Related Links:PiñataFollow Piñata on InstagramLearn more about Lily--Lily Liu's career started out by straddling the lines of technology and government founding PublicStuff, which she sold to Accela which was then acquired by Berkshire Partners. As the CEO of Piñata, Lily has brought to life her vision of creating financial equality for renters. In 2017, she was recognized as Forbes' 30 under 30 Top Entrepreneurs and Business Insiders' People to Watch. Her entrepreneurial leadership allows Lily to address glaring systemic issues in the financial and real estate industries. Learn more at www.lily-liu.com.--To learn more about Maggie and her coaching and speaking services, visit www.maggiegermano.com.The theme music is called Escaping Light by Aaron Sprinkle. The podcast artwork design is by Maggie's dear husband, Dan Rader.
Jonas Bordo is the CEO and Co-Founder of Dwellsy, a free rental listing site where owners and property managers can get high quality leads for free and where renters can find a rental and make it home.In Dwellsy, Renters should be able to find ALL of the rentals, all in ONE place. They should be able to trust that a listing is not fraudulent. And they should be able to quickly distill down to rentals that meet their preferences -- not be driven toward irrelevant listings from paid placement. Owners and Managers should be able to list and lease their vacant units for free. In this episode, Jonas will share why he believes this is great platform to list your rentals and get true results for owners. This can be from single family home to large apartments. CONNECT WITH JONAS BORDOEmail: firstname.lastname@example.orgWebsite: DwellsyCONNECT WITH JONATHANTo connect with Jonathan, you can send email at email@example.com or schedule a time to chat.To learn more about real estate investment opportunities, join the Greystone Capital Investor Network.Thanks for listening and until next time, keep building wealth in Commercial Real Estate!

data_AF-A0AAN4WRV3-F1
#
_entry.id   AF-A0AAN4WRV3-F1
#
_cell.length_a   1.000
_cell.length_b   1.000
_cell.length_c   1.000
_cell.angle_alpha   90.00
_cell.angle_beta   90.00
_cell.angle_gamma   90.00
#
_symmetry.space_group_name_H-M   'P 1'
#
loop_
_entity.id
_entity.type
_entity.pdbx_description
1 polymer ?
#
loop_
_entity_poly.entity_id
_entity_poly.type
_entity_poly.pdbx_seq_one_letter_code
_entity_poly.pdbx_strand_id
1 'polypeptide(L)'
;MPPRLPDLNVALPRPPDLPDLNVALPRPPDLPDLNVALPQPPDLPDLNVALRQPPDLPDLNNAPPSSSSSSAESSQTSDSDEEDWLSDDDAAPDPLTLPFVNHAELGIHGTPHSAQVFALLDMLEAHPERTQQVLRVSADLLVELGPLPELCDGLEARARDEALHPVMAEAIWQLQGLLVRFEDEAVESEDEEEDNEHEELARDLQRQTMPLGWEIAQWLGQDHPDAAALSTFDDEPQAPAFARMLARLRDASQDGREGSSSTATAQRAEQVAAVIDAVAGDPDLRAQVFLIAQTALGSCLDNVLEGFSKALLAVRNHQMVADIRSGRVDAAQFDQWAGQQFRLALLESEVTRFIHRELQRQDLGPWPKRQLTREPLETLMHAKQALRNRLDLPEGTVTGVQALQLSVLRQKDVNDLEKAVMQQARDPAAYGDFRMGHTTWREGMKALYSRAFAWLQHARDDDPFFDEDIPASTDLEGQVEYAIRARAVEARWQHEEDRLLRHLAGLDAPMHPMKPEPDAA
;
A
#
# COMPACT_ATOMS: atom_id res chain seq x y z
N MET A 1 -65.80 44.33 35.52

Today on the Southern California Real Estate Report we talk about a new study from the Bureau of Labor Statistics that shows a growing gap between new renters and existing renters.In current market conditions new renters are paying a lot more to rent that same units compared to renters that have been have lived in the same place for a period of time.There appears to be more movement in the market as things shift from pandemic days."data show gap among new and existing renters." Union Tribune. Somesh JHA, July 12, 2022. Online
Bill Handel talks about President Biden's trip to the Middle East, as he meets with Israeli leaders to focus on Iran's nuclear ambitions. California renters could be in quite the predicament after the eviction moratorium expired. And California insurers are lowballing or denying wildfire coverage - in this heat?!